Mormonism Unvailed, chapter 19

1834

Mormonism Unvailed Howe, Eber D., b. 1798

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Howe, E. D. Mormonism Unvailed: Or, A Faithful Account of That Singular Imposition and Delusion, From Its Rise to the Present Time. With Sketches of the Characters of Its Propagators, and a Full Detail of the Manner in which the Famous Golden Bible was Brought Before the World. To Which Are Added, Inquiries Into the Probability that the Historical Part of the Said Bible Was Written By One Solomon Spalding, More than Twenty Years Ago, and By Him Intended to Have Been Published As A Romance. Painesville, Ohio:E. D. Howe, 1834.

CHAPTER XIX.

WE proposed in the commencement of this work, to give to the world all the light, of which we were in possession, as to the real and original author or authors of the Book of Mormon. That there has been, from the beginning of the imposture, a more talented knave behind the curtain, is evident to our mind, at least ; but whether he will ever be clearly, fully and positively unvailed and brought into open day-light, may of course he doubted. For no person of common prudence and understanding, it may well be presumed, would ever undertake such a speculation upon human credulity, without closing and well securing every door and avenue to a discovery, step by step, as he proceeded. Hence, our investigations upon the subject have necessarily been more limited than was desirable. At the same time, we think that facts and data have been elicited, sufficient at least to raise a strong presumption that the leading features of the “Gold Bible” were first conceived and concocted by one SOLOMON SPALDING, while a resident of Conneaut, Ashtabula county, Ohio. It is admitted by our soundest jurists, that a train of circumstances may often lead the mind to a more satisfactory and unerring conclusion, than positive testimony, unsupported by circumstancial evidence—for the plain reason, that the one species of testimony is more prone to falsehood than the other. But we proceed with our testimony.

The first witness is Mr. John Spalding, a brother of Solomon, now a resident of Crawford county, Pa. who says :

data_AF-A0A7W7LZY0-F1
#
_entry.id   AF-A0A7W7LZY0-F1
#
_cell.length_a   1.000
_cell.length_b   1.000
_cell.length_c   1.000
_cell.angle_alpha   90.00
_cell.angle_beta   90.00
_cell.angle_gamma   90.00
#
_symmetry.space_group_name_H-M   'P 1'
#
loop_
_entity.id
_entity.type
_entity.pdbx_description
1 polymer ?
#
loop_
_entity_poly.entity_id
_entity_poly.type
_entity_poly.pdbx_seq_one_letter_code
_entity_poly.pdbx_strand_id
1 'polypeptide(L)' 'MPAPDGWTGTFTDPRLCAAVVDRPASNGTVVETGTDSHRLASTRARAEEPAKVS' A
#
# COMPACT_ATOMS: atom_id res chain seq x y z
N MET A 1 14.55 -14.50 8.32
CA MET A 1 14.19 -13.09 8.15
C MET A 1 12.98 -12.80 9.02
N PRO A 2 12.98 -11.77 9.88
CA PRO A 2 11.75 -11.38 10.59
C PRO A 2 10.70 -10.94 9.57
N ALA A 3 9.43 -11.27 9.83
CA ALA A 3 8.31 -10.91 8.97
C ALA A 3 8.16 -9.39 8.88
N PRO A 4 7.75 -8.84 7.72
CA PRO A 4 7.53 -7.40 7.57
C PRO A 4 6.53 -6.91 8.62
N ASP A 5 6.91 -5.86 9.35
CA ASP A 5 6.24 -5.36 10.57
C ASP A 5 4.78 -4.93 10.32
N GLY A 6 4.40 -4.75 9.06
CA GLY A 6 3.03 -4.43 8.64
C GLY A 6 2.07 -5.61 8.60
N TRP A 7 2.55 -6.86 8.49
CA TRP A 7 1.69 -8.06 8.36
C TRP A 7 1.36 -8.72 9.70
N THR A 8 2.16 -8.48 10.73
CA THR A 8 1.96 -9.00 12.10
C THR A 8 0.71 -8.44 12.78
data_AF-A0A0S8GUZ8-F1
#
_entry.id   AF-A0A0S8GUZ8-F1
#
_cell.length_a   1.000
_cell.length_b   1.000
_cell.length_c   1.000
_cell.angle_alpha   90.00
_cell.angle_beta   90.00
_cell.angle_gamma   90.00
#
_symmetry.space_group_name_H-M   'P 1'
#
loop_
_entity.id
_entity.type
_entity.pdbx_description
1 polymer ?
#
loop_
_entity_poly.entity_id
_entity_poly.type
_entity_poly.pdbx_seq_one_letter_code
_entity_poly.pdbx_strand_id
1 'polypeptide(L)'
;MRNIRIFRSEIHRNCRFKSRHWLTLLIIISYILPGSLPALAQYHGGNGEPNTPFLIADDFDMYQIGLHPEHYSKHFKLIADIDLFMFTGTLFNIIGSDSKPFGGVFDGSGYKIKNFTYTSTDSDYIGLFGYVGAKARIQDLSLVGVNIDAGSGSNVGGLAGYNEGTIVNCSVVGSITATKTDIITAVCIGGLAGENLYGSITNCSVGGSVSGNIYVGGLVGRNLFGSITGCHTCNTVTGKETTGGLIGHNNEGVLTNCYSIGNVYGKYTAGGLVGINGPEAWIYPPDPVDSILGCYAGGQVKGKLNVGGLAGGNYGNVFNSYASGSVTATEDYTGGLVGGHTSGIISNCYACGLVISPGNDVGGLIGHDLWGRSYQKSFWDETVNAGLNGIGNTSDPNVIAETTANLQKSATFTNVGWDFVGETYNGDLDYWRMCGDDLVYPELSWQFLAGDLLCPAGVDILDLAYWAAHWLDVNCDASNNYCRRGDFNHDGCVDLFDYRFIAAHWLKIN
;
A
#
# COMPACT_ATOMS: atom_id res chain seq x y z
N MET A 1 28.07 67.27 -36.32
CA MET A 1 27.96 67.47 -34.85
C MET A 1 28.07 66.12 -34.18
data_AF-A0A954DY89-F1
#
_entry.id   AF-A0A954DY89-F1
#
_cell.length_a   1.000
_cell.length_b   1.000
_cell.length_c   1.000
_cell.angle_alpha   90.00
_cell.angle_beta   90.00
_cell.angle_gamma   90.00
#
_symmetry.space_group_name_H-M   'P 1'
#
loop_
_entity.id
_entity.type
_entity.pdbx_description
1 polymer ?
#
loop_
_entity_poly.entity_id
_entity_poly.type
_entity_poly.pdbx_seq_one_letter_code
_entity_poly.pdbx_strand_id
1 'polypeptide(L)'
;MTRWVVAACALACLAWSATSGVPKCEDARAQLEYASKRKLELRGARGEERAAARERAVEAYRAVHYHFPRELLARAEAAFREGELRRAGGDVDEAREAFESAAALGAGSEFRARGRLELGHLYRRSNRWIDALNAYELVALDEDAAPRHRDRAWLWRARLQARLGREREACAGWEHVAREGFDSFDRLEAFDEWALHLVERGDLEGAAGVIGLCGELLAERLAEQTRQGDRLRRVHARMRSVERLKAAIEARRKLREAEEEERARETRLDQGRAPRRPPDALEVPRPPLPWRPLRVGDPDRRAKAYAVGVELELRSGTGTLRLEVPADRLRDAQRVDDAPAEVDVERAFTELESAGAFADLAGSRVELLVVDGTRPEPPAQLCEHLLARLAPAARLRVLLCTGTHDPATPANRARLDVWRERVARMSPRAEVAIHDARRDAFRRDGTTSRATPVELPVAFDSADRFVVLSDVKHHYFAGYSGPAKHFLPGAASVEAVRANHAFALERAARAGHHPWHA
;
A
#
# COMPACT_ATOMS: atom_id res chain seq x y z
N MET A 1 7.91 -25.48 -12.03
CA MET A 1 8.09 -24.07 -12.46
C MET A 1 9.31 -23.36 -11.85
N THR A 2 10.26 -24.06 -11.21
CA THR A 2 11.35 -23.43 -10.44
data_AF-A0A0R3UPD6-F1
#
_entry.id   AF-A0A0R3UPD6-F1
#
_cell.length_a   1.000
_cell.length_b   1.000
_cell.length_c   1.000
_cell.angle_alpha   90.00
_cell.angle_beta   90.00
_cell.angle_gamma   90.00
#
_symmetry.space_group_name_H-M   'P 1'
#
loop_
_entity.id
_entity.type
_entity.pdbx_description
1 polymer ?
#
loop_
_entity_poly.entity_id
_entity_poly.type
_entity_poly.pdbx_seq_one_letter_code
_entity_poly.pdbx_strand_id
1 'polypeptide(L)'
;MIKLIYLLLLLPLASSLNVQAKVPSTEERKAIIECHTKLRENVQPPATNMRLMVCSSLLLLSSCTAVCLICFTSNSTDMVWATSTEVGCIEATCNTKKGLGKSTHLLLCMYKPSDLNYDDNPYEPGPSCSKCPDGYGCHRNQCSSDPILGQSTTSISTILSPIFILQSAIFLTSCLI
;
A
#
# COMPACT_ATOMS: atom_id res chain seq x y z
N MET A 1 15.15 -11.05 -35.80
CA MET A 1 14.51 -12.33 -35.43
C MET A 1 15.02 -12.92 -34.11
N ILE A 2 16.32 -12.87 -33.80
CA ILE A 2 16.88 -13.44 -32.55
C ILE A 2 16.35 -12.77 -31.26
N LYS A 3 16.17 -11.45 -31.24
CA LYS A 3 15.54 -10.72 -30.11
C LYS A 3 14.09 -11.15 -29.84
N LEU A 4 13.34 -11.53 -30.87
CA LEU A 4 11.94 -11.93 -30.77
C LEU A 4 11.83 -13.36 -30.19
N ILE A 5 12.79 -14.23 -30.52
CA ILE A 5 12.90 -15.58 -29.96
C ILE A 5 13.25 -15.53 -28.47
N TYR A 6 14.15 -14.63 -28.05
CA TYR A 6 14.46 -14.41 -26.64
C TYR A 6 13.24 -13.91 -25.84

“Solomon Spalding was born in Ashford, Conn. in [278] 1761, and in early life contracted a taste for literary pursuits. After he left school, he entered Plainfield Academy, where he made great proficiency in study, and excelled most of his class-mates. He next commenced the study of Law, in Windham county, in which he made little progress, having in the mean time turned his attention to religious subjects. He soon after entered Dartmouth College, with the intention of qualifying himself for the ministry, where he obtained the degree of A. M. and was afterwards regularly ordained. After preaching three or four years, he gave it up, removed to Cherry Valley, N. Y, and commenced the mercantile business in company with his brother Josiah.—In a few years he failed in business, and in the year 1809 removed to Conneaut, in Ohio. The year following, I removed to Ohio, and found him engaged in building a forge. I made him a visit in about three years after; and found that he had failed, and considerably involved in debt. He then told me had he been writing a book, which he intended to have printed, the avails of which he thought would enable him to pay all his debts. The book was entitled the “Manuscript Found,” of which he read to me many passages.—It was an historical romance of the first settlers of America, endeavoring to show that the American Indians are the descendants of the Jews, or the lost tribes. It gave a detailed account of their journey from Jerusalem, by land and sea, till they arrived in America, under the command of NEPHI and LEHI. They afterwards had quarrels and contentions, and separated into two distinct nations, one of which he denominated Nephites and the other Lamanites. Cruel and bloody wars ensued, in which great multitudes were slain. They buried their dead in large heaps, which caused the mounds so common in this country. Their arts, sciences and civilization were brought into view, in order to account for all the curious antiquities, found in various [279] parts of North and South America. I have recently read the Book of Mormon, and to my great surprize I find nearly the same historical matter, names, &c. as they were in my brother’s writings. I well remember that he wrote in the old style, and commenced about every sentence with “and it came to pass,” or “now it came to pass,” the same as in the Book of Mormon, and according to the best of my recollection and belief, it is the same as my brother Solomon wrote, with the exception of the religious matter.—By what means it has fallen into the hands of Joseph Smith, Jr. I am unable to determine.

JOHN SPALDING.”

Martha Spalding, the wife of John Spalding, says:—